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Grounding questions

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  • Grounding questions

    I have been reading this thread at another forum.,17584640

    I am not sure but I think some bad info is being put out. I know for a fact my home has only 1 ground rod and is not bonded to the water system. My home is a slab home with copper pipe run under the slab. My water service from the main is plastic.
    SSG, U.S. Army
    K.I.S.S., R.T.F.M.

  • #2

    I read some of the posts and some knew what they were talking about and some didn't. It maybe that local jurisdictions have added or subtracted from the NEC.

    In ND, we are required to use the concrete encased electrode (Ufer) in new construction, plus bond the water system. In a service change we can use the main water line if it is metallic, plus a supplemental rod or plate. They have started to enforce the 25 Ohm rule, so if we can't prove that we have less than 25 Ohms to ground, we have to drive another rod. It is cheaper to just drive the rod, than it is to purchase the test equipment or have an independent testing agency come in and do it.

    Grounding and bonding is one the most misunderstood and misapplied sections in the code. I still learn something every time I read through it.


    • #3
      Thanks for your reply. Is there a difference between overhead vs. an underground service. I have undergound here.
      SSG, U.S. Army
      K.I.S.S., R.T.F.M.


      • #4

        Because people assume that their cold water pipes are well grounded, it's wise to make sure they really are. I would first recommend that you contact a licensed electrical contractor in your area and have your place checked, but here are a few things you can do on your own.

        1. Drive a 5/8" or 3/4" by 8 foot long ground rods into the ground and run a #4 bare copper wire from it to the copper cold water pipe near your entrance, but be sure to connect it to the house side of any shut off valves or your water meter. Try to keep grounding wires short.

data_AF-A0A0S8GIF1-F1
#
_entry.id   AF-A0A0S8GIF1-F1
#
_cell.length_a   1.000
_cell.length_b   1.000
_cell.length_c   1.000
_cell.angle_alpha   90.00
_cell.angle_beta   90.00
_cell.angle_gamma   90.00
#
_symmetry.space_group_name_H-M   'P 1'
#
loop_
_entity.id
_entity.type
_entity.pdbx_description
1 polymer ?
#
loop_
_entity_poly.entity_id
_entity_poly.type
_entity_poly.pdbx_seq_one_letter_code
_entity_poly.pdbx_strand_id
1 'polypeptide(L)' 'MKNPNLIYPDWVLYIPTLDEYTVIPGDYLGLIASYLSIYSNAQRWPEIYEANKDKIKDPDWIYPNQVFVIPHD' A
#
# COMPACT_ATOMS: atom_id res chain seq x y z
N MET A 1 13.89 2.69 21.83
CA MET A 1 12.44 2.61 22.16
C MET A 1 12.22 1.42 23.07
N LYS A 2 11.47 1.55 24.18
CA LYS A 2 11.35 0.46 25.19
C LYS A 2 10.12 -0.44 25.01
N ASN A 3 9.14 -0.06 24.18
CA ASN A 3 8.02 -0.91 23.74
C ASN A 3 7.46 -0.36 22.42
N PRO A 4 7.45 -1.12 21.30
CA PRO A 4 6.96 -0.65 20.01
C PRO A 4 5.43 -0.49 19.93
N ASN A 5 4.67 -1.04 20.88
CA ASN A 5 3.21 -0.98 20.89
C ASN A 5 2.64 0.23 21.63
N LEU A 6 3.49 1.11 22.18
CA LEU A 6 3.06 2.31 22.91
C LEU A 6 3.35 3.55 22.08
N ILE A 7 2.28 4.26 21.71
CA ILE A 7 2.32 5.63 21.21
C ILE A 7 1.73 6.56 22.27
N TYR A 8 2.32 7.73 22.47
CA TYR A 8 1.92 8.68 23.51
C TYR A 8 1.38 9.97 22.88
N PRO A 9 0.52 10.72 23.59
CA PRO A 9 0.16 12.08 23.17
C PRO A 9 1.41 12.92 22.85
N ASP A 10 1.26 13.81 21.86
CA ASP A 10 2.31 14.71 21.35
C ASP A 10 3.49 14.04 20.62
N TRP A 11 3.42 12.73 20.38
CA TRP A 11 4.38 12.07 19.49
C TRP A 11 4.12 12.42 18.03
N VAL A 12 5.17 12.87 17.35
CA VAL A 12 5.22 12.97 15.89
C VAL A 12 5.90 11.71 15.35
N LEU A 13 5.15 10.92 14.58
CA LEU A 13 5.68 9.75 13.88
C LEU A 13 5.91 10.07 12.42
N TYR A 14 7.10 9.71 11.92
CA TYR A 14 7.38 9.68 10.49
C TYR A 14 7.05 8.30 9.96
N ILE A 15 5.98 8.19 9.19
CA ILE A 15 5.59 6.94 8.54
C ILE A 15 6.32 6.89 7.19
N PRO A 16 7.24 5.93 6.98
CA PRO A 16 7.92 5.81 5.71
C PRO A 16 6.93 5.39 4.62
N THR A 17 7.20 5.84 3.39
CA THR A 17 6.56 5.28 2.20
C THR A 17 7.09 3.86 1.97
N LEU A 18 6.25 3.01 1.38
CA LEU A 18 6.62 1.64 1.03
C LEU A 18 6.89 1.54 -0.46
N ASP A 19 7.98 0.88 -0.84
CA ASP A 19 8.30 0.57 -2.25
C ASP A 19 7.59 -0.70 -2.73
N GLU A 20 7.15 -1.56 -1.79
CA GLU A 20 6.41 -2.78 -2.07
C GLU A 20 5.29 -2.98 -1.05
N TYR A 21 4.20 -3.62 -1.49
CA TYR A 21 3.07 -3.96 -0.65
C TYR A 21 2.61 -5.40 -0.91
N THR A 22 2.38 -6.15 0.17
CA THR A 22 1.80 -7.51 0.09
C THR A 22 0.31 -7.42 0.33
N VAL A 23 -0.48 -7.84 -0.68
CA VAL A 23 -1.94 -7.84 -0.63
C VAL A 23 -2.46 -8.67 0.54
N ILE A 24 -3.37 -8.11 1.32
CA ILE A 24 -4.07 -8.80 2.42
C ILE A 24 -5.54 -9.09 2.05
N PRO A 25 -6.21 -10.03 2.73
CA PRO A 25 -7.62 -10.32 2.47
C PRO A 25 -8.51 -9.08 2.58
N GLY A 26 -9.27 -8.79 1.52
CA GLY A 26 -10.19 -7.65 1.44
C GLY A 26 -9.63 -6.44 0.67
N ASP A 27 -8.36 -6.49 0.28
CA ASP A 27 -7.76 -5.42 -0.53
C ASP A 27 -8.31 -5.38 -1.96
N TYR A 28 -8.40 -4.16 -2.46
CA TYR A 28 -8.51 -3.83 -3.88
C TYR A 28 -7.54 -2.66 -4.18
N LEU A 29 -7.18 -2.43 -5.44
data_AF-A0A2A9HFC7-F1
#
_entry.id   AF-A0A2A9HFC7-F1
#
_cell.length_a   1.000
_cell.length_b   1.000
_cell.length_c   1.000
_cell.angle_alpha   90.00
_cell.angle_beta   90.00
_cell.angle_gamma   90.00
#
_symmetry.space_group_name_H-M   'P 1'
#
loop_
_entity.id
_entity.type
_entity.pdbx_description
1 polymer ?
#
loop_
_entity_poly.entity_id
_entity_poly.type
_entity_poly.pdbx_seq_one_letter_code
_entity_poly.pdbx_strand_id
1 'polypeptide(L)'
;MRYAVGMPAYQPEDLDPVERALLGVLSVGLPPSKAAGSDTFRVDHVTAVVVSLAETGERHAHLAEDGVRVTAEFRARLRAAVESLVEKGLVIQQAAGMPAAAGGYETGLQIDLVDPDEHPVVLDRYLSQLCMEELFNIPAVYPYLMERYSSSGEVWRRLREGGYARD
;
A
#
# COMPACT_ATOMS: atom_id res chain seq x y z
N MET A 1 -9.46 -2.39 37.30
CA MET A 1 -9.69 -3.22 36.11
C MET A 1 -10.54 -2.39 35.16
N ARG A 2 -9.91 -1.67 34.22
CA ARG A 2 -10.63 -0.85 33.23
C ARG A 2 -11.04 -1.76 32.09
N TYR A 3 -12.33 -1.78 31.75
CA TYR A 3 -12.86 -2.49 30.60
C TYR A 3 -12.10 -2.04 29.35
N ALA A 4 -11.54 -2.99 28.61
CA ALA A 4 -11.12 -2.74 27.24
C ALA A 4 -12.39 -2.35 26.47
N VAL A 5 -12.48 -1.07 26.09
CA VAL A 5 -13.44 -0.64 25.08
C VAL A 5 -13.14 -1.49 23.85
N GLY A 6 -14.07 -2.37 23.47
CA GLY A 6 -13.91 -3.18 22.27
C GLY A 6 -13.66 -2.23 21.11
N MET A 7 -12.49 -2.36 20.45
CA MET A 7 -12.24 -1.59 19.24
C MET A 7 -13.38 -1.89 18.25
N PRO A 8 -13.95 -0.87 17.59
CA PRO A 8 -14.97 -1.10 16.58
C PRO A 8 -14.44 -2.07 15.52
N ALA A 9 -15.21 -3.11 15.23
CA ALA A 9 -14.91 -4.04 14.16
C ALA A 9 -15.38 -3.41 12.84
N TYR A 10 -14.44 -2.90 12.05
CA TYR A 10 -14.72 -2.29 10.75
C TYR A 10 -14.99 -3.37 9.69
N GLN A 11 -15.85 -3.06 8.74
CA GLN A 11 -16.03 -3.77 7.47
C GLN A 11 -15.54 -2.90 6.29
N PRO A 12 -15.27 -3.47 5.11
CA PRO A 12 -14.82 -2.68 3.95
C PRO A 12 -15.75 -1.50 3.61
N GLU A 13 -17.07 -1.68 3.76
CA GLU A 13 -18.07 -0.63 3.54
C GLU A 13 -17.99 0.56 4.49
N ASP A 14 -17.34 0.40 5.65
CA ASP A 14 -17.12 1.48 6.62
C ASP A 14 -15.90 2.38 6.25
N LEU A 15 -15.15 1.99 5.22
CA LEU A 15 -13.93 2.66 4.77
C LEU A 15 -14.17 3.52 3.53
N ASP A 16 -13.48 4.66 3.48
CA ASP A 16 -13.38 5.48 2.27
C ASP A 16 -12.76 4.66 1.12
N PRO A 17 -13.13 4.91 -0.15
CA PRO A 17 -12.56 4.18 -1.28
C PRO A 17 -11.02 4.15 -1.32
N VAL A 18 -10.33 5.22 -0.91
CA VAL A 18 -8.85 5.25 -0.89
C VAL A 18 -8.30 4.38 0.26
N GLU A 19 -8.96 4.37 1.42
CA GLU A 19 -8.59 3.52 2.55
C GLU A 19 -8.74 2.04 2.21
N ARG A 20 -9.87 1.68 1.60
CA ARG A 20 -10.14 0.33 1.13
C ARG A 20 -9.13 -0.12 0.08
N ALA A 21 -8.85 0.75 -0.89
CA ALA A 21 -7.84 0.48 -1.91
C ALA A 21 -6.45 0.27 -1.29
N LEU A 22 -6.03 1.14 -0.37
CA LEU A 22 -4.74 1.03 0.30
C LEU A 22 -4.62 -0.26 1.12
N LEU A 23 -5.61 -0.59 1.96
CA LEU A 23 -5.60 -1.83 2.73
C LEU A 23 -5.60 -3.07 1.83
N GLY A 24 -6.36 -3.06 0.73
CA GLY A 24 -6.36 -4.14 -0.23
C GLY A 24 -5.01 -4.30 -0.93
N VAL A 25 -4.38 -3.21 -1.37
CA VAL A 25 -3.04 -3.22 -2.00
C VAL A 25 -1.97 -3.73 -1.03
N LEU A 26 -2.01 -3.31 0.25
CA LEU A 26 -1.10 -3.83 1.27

2. It's really hard to over ground your electrical system. I like to use two or three ground rods several feet apart near to where your main load center (breaker or fuse box) is and connect the ground rods together and then run the same piece of heavy copper wire (#4 gauge or heavier) to the grounding bar inside your load center.

        3. Inside your main load center, be sure there is a bonding (connecting) screw for the neutral bar. This makes sure that neutral is grounded, but you only do this at the point of electrical entrance.

        If you have any sub load centers (sub panels) you must run the neutral and ground as two conductors. Do not bond the neutral bar to the case or connect it to ground.


        • #5
          Call before you dig applies to ground rods too

          Don't you have to be careful not to create ground loops if you have multiple grounds? They all need to be at the same potential (bonded together) or some circuits may have a ground reference that is elevated when compared to others.